In part 2, “The Brain Trust: How Not to Lose Your Mind, the Miracle of Movement,” Dr. Gupta says, “A body in motion tends to stay in motion!” Physical exercise may offer the greatest return on investment in yourself and it’s an antidote to many things that play into your risk for decline. Exercise improves digestion, metabolism, body tone and strength and bone density. Being inactive regardless of your body weight, has been shown to be twice as deadly as being obese. Most of us think about it as weight loss tool, which it is but it’s much more than that. It can turn on your smart genes, support emotional stability and stave off depression and dementia. When you choose the right exercise for you, you can be smarter by some measures after one hour of exercise through the effects of movement on the brain. Getting up for light activity such as walking for two minutes every hour can lower the chance of dying over a three-year period. Prolonged sitting, more than eight hours a day with zero physical activity can kill you or lead to an early death. Most of the damage is done metabolic. Your circulation slows down, and your body uses less of your blood sugar, which means more sugar is circulating. Sitting puts muscles into a sort of dormant state where their electrical activity is diminished, leading breakdown. Without exercise, Dr. Gupta finds that most of what he thinks are his “new” thoughts are basically a repackaging of old ideas. With his brain on exercise, he finds that he is more likely to have truly novel thoughts.
In the chapter, “The Power of Purpose, Learning and Discovery,” we learn that for each additional year of work, the risk of getting dementia is reduced by 3.2%. An important goal is to build and sustain your cognitive reserve and this can be done by maintaining demands on your brain that keep it thinking, strategizing, learning, and solving problems. Cognitive reserve reflects how much you have challenged your brain over the years through education, work, and other activities. Cognitively stimulating activities such as traditional classes, offer a level of complexity that has long term benefits that employ cognitive skills like visual comprehension, short and long-term memory, attention to detail and even math skills. Research has long shown that new knowledge, whatever it is, pays off.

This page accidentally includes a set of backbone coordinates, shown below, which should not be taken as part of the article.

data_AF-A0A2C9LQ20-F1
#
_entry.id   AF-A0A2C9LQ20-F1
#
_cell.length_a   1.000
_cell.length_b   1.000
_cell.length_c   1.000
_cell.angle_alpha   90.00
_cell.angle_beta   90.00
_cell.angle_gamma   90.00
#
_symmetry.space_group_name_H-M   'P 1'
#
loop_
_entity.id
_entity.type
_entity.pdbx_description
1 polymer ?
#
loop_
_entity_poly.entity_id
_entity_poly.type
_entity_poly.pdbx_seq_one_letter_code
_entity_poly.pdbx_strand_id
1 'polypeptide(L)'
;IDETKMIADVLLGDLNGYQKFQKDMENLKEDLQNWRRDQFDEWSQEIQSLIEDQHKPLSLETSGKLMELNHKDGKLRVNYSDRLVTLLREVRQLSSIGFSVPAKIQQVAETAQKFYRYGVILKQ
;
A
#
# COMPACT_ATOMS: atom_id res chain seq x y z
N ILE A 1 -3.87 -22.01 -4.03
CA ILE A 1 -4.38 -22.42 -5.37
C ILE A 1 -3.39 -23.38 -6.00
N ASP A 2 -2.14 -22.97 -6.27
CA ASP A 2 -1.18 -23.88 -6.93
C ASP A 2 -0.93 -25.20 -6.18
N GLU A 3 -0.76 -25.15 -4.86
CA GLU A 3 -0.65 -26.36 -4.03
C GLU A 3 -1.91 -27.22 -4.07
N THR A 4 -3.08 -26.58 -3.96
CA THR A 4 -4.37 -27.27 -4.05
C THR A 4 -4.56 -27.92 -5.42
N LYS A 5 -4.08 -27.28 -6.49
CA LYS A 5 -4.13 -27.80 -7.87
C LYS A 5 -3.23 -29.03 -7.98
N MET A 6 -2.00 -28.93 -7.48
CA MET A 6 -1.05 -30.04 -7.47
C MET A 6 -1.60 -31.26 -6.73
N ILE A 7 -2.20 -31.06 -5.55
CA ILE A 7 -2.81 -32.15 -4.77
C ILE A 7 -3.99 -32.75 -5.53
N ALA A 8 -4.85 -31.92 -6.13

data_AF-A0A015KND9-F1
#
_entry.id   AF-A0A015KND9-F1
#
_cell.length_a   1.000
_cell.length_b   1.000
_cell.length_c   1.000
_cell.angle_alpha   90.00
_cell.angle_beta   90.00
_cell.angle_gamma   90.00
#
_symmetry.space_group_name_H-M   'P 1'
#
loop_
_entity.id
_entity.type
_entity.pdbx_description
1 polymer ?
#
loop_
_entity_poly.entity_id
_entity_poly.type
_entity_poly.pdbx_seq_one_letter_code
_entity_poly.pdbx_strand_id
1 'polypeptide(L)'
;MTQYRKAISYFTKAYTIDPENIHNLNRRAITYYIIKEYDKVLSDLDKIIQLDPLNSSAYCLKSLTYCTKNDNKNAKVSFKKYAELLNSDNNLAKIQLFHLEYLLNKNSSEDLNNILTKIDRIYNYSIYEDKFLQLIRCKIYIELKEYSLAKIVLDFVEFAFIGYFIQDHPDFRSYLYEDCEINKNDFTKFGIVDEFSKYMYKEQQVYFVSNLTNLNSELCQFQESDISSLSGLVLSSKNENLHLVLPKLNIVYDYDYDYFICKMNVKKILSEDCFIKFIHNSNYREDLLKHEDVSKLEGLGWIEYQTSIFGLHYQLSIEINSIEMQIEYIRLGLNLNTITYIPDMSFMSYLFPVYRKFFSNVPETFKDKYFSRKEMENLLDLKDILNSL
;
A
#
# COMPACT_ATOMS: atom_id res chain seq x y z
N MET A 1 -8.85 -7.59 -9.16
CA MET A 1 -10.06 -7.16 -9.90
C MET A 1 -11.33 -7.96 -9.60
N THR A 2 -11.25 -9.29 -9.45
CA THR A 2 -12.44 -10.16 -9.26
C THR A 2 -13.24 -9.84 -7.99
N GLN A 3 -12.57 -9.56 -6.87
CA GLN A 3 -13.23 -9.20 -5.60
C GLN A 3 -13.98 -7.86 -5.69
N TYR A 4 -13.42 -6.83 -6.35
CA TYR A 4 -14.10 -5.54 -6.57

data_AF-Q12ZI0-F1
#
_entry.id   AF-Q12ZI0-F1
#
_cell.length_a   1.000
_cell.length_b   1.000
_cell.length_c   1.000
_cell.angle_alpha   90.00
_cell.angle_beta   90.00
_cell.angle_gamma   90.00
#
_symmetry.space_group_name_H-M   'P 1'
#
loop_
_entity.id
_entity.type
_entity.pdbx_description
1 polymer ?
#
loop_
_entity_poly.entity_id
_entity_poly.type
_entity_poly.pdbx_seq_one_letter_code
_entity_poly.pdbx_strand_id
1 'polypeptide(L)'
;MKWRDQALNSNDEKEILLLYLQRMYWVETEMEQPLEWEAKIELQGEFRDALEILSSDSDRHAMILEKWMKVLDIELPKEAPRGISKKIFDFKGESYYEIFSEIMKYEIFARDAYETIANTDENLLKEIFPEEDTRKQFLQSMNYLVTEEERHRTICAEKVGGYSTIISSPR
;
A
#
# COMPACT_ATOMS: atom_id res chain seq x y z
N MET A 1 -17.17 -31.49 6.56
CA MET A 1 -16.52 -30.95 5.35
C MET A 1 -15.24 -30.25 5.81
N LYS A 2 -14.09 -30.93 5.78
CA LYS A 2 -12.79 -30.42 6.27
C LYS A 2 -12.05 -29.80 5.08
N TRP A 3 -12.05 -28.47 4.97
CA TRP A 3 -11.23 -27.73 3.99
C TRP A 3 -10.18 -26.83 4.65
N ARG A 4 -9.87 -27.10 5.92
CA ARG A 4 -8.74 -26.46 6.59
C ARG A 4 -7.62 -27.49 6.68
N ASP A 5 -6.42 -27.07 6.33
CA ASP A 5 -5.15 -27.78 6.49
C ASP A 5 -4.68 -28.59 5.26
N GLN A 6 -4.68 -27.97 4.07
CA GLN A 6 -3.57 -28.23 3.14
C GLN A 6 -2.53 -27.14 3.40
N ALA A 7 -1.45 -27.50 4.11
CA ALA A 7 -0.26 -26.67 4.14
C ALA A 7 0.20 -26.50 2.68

The need for sleep and relaxation is key on how to keep sharp! Here are the top ten secrets to slumber:
- Stick to a schedule and avoid long naps
- Don’t be a night owl
- Wake up to early morning light
- Get moving
- Watch what you eat and drink
- Mind your medicine
- Cool, quiet, and dark
- Eliminate electronics
- Establish bedtime rituals
- Know the warning signs
Don’t forget daytime rest and relaxion! Here are some tips on how to relax during the day. Meditation, deep breathing, become a regular volunteer in your community, express gratitude, practice the art of forgiveness, look for things that make you laugh, take breaks from email and social media, find another hour in your day at least once a week, establish a system of rewards, don’t multitask–tackle your day like a surgeon, declutter your life, set aside fifteen minutes each day for yourself, let yourself daydream and don’t be afraid to seek help from a health professional!
To nourish your brain, here is a guide to good eating, the SHARP acronym.
- S: Slash the sugar and stick to your ABC’s
- H: Hydrate smartly
- A: Add more Omega 3 Fatty Acids from Dietary Sources
- R: Reduce Portions
- P: Plan Ahead
Lastly, in the chapter, “Connection for Protection,” here are some tips to feel more connected to yourself and others. The type, quality and purpose of your relationship can affect your brain functions. Quality of your close relationships matters. One key ingredient is where they really feel they can count on the other person in times of need had their memories stay sharper longer. Maintain social connections with people of different ages. That means people older and younger than you are. People with fewer social connections have disrupted sleep patterns, altered immune systems, more inflammation, and higher levels of stress hormones. At least one in five people or roughly 60 million Americans suffers from loneliness. If you feel isolated, reach out to professionals who can help you!
I highly recommend this book for everyone to read, in the last section of the book he lays out a detailed twelve-week plan on to integrate all this knowledge into your daily life every week. For more tips and tricks please follow Sanjay Gupta on Instagram @drsanjaygupta.